National Maritime Security Advisory Committee Meeting

The National Maritime Security Advisory Committee will meet on May 3rd and 4th 2022 to review and discuss matters relating to national maritime security, including enhancing the sharing of information related to cybersecurity risks that may cause a Transportation Security Incident between relevant Federal agencies and state and local governments, public safety and emergency response agencies, law enforcement, maritime industry, port owners and operators, and facility owners and operators.

During the meeting, among other topics, the Committee will provide feedback on cyber vulnerability assessments that are being conducted within the industry and provide input to support further development of the Maritime Cyber Risk Assessment Model.

TWIC Reader Rule Update

In response to industry and other concerns regarding the Transportation Worker Identification Credential (TWIC) Reader Rule, the United States Coast Guard (USCG) contracted with the RAND Corporation to conduct a second TWIC Reader Rule assessment. This assessment, which is nearing completion and will be shared with industry in the June 2022 timeframe, will (again) assess the TWIC Reader Rule’s costs, benefits, and overall risk reduction. The USCG could use the RAND Report as the basis for additional regulatory changes.

Against this backdrop, and with the May 8, 2023 compliance deadline looming, industry widely expects the USCG to exercise regulatory flexibility. As a result of compliance uncertainty since the USCG first published the TWIC Reader Rule in August 2016 among other reasons, the USCG understands that many affected facilities require more time to comply (and/or implement strategies to reduce the compliance burden). For its own part, the USCG also recognizes the need to raise awareness regarding the technical aspects of the rule. To support these efforts and increase dialogue on these topics, the American Chemistry Council and the American Fuel & Petrochemical Manufacturers hosted the 8th Coast Guard District Commander and other senior USCG personnel at a Louisiana chemical facility in March 2022. The success of the event will spur future engagements.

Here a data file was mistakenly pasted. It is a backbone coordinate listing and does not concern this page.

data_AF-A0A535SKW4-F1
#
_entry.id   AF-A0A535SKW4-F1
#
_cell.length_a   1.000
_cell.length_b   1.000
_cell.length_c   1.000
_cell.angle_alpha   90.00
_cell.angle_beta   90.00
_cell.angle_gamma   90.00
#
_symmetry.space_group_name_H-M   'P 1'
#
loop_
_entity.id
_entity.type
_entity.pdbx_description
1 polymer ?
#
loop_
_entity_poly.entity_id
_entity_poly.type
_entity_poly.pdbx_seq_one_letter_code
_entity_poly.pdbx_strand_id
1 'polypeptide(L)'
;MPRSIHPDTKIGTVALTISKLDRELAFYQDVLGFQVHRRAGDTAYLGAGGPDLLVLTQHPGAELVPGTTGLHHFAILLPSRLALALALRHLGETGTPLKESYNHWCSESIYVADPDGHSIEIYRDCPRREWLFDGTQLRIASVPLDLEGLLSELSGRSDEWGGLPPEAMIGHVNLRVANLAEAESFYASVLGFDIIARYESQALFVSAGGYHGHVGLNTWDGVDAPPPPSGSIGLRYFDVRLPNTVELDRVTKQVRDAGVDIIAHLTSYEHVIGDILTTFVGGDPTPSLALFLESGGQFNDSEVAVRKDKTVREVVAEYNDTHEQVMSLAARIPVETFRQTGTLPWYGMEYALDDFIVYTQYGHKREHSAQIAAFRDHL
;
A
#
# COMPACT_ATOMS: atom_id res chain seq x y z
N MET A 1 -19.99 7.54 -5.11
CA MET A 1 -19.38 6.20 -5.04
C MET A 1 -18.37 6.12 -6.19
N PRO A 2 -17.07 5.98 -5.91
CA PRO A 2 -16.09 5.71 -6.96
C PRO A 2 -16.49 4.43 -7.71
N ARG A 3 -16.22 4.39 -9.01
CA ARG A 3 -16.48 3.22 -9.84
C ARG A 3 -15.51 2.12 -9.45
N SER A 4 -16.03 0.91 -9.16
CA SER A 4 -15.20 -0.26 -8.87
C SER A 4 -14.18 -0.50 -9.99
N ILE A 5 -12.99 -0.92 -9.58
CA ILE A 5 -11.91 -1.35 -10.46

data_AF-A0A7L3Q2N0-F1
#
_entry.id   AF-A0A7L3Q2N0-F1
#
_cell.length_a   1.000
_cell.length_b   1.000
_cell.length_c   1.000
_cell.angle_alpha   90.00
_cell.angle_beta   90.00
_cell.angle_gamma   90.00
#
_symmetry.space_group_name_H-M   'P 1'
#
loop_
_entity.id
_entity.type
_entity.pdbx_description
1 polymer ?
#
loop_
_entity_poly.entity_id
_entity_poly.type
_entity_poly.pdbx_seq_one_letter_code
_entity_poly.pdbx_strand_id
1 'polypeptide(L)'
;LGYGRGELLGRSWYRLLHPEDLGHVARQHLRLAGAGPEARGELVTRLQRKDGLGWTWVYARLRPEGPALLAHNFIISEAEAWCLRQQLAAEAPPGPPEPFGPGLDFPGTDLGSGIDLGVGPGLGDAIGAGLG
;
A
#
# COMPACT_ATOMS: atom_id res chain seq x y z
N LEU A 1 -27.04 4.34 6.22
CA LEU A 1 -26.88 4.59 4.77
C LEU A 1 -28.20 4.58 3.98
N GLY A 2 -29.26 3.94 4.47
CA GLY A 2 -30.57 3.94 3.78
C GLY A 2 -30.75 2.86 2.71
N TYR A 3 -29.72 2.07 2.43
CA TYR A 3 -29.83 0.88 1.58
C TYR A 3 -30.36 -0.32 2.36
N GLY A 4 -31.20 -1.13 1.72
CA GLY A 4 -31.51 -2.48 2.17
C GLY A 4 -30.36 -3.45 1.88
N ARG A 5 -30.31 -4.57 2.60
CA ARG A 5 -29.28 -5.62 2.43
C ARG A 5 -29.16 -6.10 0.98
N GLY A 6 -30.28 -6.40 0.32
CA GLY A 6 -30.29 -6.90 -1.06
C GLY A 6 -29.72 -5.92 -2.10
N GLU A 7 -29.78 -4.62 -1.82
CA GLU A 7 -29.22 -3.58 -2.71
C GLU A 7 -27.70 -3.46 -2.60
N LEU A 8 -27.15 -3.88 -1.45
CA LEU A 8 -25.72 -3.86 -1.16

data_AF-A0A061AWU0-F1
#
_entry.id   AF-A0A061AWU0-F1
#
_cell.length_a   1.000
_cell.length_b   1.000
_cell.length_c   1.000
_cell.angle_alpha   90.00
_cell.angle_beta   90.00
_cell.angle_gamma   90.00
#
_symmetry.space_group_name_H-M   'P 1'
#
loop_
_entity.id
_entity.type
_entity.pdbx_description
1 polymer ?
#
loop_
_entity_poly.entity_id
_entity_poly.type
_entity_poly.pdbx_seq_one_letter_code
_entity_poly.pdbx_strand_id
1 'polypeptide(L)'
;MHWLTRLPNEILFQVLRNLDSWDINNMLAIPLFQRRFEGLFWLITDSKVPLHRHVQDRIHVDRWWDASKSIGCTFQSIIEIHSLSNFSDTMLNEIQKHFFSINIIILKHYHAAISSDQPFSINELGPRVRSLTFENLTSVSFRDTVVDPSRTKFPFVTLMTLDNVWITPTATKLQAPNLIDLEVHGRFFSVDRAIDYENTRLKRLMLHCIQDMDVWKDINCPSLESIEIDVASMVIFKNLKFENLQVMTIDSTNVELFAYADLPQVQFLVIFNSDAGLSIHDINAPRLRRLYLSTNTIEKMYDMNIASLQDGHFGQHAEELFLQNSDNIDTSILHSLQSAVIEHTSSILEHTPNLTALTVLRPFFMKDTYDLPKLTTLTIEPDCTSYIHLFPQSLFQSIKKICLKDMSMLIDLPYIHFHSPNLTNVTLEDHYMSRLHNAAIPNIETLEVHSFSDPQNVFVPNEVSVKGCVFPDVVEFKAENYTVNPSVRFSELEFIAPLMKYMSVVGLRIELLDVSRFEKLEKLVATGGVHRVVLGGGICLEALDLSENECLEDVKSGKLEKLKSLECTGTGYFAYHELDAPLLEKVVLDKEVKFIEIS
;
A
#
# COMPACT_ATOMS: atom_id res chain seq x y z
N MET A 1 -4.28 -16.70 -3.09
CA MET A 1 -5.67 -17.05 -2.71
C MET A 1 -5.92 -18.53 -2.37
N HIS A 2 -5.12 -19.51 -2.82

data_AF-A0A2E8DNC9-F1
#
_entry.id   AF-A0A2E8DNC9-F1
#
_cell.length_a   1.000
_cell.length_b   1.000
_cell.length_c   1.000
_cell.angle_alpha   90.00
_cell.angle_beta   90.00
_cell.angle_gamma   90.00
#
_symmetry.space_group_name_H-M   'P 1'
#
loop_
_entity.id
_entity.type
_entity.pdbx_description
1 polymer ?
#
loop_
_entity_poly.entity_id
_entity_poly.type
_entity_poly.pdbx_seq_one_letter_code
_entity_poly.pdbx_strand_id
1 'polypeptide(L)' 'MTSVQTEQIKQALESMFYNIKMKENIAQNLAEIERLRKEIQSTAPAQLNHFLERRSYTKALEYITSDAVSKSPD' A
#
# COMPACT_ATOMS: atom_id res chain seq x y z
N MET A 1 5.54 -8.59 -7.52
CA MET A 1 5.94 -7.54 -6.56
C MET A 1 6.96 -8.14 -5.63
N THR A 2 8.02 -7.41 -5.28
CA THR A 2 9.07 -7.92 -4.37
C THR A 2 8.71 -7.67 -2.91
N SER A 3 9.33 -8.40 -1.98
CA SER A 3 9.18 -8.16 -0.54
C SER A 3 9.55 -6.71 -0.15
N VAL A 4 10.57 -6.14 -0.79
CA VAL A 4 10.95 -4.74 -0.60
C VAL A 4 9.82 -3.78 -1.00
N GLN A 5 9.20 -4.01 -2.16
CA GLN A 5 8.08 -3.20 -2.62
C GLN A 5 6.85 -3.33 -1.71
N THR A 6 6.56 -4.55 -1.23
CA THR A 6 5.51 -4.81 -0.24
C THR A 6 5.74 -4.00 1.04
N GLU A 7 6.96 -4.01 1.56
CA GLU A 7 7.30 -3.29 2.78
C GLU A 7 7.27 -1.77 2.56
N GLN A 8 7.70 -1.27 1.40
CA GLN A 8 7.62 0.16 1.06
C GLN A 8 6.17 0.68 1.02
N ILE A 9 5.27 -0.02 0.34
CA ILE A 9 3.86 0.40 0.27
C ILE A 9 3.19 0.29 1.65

Updated CFATS Compliance Inspection Guidance

The Cybersecurity and Infrastructure Security Agency (CISA) recently updated internal guidance regarding additional areas of focus that its Chemical Security Inspectors may address during Chemical Facility Anti-Terrorism Standards (CFATS) Compliance Inspections. While the scope and level of detail may still vary from Inspector-to-Inspector, facilities can expect increased attention in the following areas:

  • Cyber – A more detailed review of the facility’s critical cyber systems, including those that may be used to handle, manage, or order Chemicals of Interest (COIs) or control and monitor Closed-Circuit Television (CCTV) camera and electronic access control systems. It is suggested that facilities have local and/or corporate IT representatives available or “on call” to answer questions.
  • Background Checks – Confirmation that “affected persons” have been screened for “terrorist ties.” If using Option 1, this may include checking the facility’s “affected persons” against the list of names uploaded to the Personnel Surety Portal in the Chemical Security Assessment Tool (CSAT).